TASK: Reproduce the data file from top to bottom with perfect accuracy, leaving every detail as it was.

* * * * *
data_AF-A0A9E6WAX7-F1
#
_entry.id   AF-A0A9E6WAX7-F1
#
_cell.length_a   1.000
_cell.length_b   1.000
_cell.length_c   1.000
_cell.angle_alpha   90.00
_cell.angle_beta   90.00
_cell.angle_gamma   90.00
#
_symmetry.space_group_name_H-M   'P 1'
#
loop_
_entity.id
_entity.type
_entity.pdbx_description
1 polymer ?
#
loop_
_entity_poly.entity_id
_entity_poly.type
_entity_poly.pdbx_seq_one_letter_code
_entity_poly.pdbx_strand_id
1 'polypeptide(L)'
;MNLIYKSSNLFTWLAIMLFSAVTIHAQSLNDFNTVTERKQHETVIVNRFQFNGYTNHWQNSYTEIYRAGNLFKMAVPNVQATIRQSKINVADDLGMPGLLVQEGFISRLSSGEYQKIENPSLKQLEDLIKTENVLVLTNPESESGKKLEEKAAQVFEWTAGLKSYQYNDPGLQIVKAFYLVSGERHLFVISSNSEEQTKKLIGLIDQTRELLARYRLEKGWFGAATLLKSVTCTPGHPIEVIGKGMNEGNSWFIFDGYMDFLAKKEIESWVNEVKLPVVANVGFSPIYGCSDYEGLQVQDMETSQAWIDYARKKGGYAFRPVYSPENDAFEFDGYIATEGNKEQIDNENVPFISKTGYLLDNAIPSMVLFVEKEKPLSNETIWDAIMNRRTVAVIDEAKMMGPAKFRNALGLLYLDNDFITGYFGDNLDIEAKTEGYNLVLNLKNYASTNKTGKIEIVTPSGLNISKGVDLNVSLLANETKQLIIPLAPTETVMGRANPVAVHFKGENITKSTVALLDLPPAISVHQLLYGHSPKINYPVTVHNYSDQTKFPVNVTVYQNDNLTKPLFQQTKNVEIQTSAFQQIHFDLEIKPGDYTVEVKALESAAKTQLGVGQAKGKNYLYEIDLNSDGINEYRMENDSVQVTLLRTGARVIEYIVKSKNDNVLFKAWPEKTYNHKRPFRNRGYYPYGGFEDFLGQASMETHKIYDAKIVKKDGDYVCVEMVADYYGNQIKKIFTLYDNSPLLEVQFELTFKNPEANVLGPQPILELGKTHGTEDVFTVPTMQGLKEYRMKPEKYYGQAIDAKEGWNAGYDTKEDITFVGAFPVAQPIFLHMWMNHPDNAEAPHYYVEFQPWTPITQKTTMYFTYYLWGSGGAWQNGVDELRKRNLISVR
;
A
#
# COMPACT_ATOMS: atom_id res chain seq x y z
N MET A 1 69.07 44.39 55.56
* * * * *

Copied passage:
data_AF-A0A9E6WAX7-F1
#
_entry.id   AF-A0A9E6WAX7-F1
#
_cell.length_a   1.000
_cell.length_b   1.000
_cell.length_c   1.000
_cell.angle_alpha   90.00
_cell.angle_beta   90.00
_cell.angle_gamma   90.00
#
_symmetry.space_group_name_H-M   'P 1'
#
loop_
_entity.id
_entity.type
_entity.pdbx_description
1 polymer ?
#
loop_
_entity_poly.entity_id
_entity_poly.type
_entity_poly.pdbx_seq_one_letter_code
_entity_poly.pdbx_strand_id
1 'polypeptide(L)'
;MNLIYKSSNLFTWLAIMLFSAVTIHAQSLNDFNTVTERKQHETVIVNRFQFNGYTNHWQNSYTEIYRAGNLFKMAVPNVQATIRQSKINVADDLGMPGLLVQEGFISRLSSGEYQKIENPSLKQLEDLIKTENVLVLTNPESESGKKLEEKAAQVFEWTAGLKSYQYNDPGLQIVKAFYLVSGERHLFVISSNSEEQTKKLIGLIDQTRELLARYRLEKGWFGAATLLKSVTCTPGHPIEVIGKGMNEGNSWFIFDGYMDFLAKKEIESWVNEVKLPVVANVGFSPIYGCSDYEGLQVQDMETSQAWIDYARKKGGYAFRPVYSPENDAFEFDGYIATEGNKEQIDNENVPFISKTGYLLDNAIPSMVLFVEKEKPLSNETIWDAIMNRRTVAVIDEAKMMGPAKFRNALGLLYLDNDFITGYFGDNLDIEAKTEGYNLVLNLKNYASTNKTGKIEIVTPSGLNISKGVDLNVSLLANETKQLIIPLAPTETVMGRANPVAVHFKGENITKSTVALLDLPPAISVHQLLYGHSPKINYPVTVHNYSDQTKFPVNVTVYQNDNLTKPLFQQTKNVEIQTSAFQQIHFDLEIKPGDYTVEVKALESAAKTQLGVGQAKGKNYLYEIDLNSDGINEYRMENDSVQVTLLRTGARVIEYIVKSKNDNVLFKAWPEKTYNHKRPFRNRGYYPYGGFEDFLGQASMETHKIYDAKIVKKDGDYVCVEMVADYYGNQIKKIFTLYDNSPLLEVQFELTFKNPEANVLGPQPILELGKTHGTEDVFTVPTMQGLKEYRMKPEKYYGQAIDAKEGWNAGYDTKEDITFVGAFPVAQPIFLHMWMNHPDNAEAPHYYVEFQPWTPITQKTTMYFTYYLWGSGGAWQNGVDELRKRNLISVR
;
A
#
# COMPACT_ATOMS: atom_id res chain seq x y z
N MET A 1 69.07 44.39 55.56